For six days in a row I have been walking for at least one hour each day. It was prompted by my heart doctor that I should be more commited to my health and fitness. I started reading a book, Let Your Mind Run, A Memoir of Thinking My Way to Victory by an American long distance runner and Olympic medalist, Deena Kastor, co-written with Michele Hamilton.
It’s an honest, frank ,and inspiring story of how Deena Kastor started running, baring the essentials of her training and personal insights in what winning and losing mean. Her training helps her tremendously not just to be the best athlete but also how to be a better person.
I find that I can apply her training as a runner to me for my fitness and health. She wrote about how she inspires herself to enjoy the rigors of training. She says: “As an athlete I’ve found aside from hard work, the greatest tools for success are optimism and gratitude.These practices have led to happiness and the routine pause to realize I’m living the life I love and dreamed of.”
Today was warmer than yesterday.I walked for 75 minutes in the neighborhood.
Meet the winners of “Genius” awards.
touch me: genius
No more dramatic monologues, night screams,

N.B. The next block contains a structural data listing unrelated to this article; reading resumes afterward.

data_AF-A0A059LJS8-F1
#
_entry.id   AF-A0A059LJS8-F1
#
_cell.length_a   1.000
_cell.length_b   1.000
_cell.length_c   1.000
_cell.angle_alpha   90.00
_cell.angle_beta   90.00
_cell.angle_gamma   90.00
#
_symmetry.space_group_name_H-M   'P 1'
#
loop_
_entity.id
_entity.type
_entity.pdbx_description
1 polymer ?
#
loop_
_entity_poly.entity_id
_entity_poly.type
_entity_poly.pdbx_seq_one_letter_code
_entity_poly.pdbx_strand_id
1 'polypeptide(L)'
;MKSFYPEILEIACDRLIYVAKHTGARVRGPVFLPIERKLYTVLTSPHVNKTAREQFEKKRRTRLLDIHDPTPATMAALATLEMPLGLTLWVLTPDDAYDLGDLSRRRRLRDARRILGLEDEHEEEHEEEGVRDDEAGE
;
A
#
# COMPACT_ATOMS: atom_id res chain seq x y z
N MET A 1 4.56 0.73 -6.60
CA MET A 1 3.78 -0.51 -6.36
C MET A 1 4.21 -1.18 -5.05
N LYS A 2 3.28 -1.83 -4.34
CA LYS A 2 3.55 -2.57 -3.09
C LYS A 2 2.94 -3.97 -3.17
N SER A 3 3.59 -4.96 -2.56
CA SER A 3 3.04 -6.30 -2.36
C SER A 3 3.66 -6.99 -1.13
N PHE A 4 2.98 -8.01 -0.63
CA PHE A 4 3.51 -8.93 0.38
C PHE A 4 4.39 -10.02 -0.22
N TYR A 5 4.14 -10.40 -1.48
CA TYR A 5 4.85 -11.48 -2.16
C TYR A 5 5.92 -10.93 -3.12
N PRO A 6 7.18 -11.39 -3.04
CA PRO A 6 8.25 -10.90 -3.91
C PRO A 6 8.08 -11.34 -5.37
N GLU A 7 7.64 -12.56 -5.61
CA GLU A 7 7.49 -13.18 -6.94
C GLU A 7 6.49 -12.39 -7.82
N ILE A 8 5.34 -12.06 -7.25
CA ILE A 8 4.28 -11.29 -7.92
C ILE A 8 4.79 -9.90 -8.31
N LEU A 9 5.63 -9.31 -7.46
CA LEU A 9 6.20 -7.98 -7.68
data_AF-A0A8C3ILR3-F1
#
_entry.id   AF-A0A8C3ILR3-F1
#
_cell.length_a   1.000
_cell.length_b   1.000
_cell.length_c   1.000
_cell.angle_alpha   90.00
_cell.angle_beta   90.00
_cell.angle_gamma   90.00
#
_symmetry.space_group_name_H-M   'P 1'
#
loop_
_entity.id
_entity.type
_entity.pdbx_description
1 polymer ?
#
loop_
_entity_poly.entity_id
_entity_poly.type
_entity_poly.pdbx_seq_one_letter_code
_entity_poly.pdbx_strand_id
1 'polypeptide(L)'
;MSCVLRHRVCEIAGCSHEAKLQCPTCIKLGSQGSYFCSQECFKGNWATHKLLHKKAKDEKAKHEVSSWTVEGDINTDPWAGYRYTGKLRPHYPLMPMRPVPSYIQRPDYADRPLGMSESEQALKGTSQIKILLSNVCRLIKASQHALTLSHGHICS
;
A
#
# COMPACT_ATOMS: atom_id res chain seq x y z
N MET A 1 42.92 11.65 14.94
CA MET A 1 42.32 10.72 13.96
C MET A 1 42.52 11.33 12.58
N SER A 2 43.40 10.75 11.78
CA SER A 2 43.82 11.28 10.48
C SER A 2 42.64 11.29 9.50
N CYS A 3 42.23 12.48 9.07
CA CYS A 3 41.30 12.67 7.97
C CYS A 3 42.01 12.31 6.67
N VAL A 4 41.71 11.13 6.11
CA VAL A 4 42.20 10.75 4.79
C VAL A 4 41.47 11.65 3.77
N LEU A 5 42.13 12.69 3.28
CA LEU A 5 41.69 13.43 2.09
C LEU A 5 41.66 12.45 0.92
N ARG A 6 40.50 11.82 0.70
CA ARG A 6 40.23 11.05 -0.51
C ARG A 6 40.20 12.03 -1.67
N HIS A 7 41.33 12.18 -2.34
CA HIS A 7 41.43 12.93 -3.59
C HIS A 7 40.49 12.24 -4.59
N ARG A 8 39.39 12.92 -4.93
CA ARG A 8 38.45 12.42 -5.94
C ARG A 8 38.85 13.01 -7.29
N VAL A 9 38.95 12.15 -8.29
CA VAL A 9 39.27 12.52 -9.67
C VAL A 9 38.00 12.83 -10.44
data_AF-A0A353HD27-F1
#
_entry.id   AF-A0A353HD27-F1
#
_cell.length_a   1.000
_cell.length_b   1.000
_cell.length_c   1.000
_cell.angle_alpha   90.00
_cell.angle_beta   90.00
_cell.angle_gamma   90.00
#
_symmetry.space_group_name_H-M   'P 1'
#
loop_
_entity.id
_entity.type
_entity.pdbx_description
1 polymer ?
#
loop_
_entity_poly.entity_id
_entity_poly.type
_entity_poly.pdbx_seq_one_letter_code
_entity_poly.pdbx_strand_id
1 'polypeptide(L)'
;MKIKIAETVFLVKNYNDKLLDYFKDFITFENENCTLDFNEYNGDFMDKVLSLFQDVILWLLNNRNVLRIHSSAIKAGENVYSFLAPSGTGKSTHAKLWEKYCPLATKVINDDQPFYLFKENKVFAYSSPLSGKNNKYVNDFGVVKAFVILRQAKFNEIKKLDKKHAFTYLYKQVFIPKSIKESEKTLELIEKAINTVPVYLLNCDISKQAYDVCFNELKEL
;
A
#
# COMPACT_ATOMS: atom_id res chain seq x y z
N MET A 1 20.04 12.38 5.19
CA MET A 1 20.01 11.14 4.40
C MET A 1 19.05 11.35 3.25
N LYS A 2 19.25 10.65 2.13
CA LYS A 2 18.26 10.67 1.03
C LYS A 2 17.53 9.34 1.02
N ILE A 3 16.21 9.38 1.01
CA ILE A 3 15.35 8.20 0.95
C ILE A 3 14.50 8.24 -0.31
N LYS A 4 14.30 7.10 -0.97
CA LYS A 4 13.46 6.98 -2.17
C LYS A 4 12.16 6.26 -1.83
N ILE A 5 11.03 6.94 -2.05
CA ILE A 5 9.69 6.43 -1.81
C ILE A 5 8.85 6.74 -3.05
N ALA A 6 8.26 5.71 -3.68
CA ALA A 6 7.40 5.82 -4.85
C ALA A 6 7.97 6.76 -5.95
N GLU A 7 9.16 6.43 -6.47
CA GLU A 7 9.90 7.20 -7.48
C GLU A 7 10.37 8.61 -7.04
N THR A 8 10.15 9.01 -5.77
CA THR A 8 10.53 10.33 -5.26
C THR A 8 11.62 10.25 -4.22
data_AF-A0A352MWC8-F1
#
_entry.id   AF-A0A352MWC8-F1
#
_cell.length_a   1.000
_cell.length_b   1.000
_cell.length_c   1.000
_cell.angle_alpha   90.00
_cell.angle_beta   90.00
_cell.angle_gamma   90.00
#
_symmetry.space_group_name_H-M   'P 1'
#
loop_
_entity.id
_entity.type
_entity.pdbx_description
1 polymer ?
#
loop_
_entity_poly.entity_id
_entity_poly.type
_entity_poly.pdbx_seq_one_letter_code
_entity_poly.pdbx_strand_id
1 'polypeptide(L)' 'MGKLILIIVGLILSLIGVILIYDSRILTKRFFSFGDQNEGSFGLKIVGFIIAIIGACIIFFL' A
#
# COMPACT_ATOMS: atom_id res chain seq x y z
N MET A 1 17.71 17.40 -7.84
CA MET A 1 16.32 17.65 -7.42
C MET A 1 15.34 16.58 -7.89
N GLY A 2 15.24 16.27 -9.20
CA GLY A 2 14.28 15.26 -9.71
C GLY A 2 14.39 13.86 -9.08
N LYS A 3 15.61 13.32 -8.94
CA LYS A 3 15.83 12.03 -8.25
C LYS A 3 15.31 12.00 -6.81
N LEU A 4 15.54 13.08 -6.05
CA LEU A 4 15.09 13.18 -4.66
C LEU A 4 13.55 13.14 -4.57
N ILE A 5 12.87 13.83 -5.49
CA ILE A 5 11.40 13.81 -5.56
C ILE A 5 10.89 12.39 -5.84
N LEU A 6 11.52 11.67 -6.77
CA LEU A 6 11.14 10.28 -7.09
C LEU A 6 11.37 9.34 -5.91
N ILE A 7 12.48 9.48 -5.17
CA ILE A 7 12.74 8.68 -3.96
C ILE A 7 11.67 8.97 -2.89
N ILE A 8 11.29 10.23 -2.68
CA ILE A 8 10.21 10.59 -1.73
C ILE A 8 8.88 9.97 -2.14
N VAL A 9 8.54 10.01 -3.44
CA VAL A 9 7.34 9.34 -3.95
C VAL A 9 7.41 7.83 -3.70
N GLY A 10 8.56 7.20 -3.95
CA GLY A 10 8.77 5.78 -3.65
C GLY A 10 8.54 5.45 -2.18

intermittent buzzes at any hour
the doctor removed a spider
that took lodging in his ear.
He paints flaming flowers, meteors showering the sky
wide landscapes with tulips in stages of bloom
Now, only pastels, ladies walking with their dogs
along the shore.
Where is the flame, the fire
that burns his fingers?
To fulfill a goal is like building a cathedral, one brick over one brick , one at a time. Katie Spotz says take one step at a time.
To experience reality I may have to dream first. I will need an inspiration like her.
“There are certain things I think you’re destined to do, Katie Spotz ” says. “Sometimes it doesn’t make sense, but I do feel that I’m part of something much bigger.”
“It was a challenge at every level. And at the core, I love challenging myself and pushing my preconceived notion of what is possible.”
quoted from: the rotarian, Rotary’s Magazine, January 2013 (The young woman and the sea)
“On March 14, In 2010, Katie set the world record for the youngest person to row solo across the Atlantic. Along the way she raised more than $150,000 for safe water projects in Haiti, Honduras, Guatemala, Nicaragua, and Kenya.”